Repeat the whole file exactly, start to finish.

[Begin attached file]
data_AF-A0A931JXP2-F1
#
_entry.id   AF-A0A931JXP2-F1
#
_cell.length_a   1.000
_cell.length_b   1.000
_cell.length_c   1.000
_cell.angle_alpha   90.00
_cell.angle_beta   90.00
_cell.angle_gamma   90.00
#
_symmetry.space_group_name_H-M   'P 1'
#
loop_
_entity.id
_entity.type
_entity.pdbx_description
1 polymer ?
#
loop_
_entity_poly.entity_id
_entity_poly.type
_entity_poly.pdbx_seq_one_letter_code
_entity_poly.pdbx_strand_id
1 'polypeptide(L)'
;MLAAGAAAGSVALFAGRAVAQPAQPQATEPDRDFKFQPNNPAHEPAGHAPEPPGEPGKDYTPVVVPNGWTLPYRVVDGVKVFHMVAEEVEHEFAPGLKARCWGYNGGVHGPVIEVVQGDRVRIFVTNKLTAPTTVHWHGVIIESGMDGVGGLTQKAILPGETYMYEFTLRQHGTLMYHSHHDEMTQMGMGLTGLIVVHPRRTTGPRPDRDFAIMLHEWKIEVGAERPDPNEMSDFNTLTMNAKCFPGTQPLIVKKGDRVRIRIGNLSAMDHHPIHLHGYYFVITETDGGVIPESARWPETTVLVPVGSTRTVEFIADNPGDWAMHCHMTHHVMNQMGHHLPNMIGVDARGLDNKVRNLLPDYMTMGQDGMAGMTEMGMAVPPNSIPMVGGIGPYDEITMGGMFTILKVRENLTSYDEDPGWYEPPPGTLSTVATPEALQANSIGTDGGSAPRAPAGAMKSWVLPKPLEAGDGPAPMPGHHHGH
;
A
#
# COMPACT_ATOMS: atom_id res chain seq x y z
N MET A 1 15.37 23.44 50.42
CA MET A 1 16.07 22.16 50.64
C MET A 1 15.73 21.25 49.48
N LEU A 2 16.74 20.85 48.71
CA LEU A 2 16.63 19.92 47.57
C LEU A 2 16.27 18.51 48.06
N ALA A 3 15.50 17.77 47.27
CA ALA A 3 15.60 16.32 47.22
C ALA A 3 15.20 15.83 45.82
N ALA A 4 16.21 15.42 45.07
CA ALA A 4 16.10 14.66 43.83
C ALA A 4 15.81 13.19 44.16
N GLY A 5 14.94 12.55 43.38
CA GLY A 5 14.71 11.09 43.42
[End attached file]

data_AF-A0A931JXP2-F1
#
_entry.id   AF-A0A931JXP2-F1
#
_cell.length_a   1.000
_cell.length_b   1.000
_cell.length_c   1.000
_cell.angle_alpha   90.00
_cell.angle_beta   90.00
_cell.angle_gamma   90.00
#
_symmetry.space_group_name_H-M   'P 1'
#
loop_
_entity.id
_entity.type
_entity.pdbx_description
1 polymer ?
#
loop_
_entity_poly.entity_id
_entity_poly.type
_entity_poly.pdbx_seq_one_letter_code
_entity_poly.pdbx_strand_id
1 'polypeptide(L)'
;MLAAGAAAGSVALFAGRAVAQPAQPQATEPDRDFKFQPNNPAHEPAGHAPEPPGEPGKDYTPVVVPNGWTLPYRVVDGVKVFHMVAEEVEHEFAPGLKARCWGYNGGVHGPVIEVVQGDRVRIFVTNKLTAPTTVHWHGVIIESGMDGVGGLTQKAILPGETYMYEFTLRQHGTLMYHSHHDEMTQMGMGLTGLIVVHPRRTTGPRPDRDFAIMLHEWKIEVGAERPDPNEMSDFNTLTMNAKCFPGTQPLIVKKGDRVRIRIGNLSAMDHHPIHLHGYYFVITETDGGVIPESARWPETTVLVPVGSTRTVEFIADNPGDWAMHCHMTHHVMNQMGHHLPNMIGVDARGLDNKVRNLLPDYMTMGQDGMAGMTEMGMAVPPNSIPMVGGIGPYDEITMGGMFTILKVRENLTSYDEDPGWYEPPPGTLSTVATPEALQANSIGTDGGSAPRAPAGAMKSWVLPKPLEAGDGPAPMPGHHHGH
;
A
#
# COMPACT_ATOMS: atom_id res chain seq x y z
N MET A 1 15.37 23.44 50.42
CA MET A 1 16.07 22.16 50.64
C MET A 1 15.73 21.25 49.48
N LEU A 2 16.74 20.85 48.71
CA LEU A 2 16.63 19.92 47.57
C LEU A 2 16.27 18.51 48.06
N ALA A 3 15.50 17.77 47.27
CA ALA A 3 15.60 16.32 47.22
C ALA A 3 15.20 15.83 45.82
N ALA A 4 16.21 15.42 45.07
CA ALA A 4 16.10 14.66 43.83
C ALA A 4 15.81 13.19 44.16
N GLY A 5 14.94 12.55 43.38
CA GLY A 5 14.71 11.09 43.42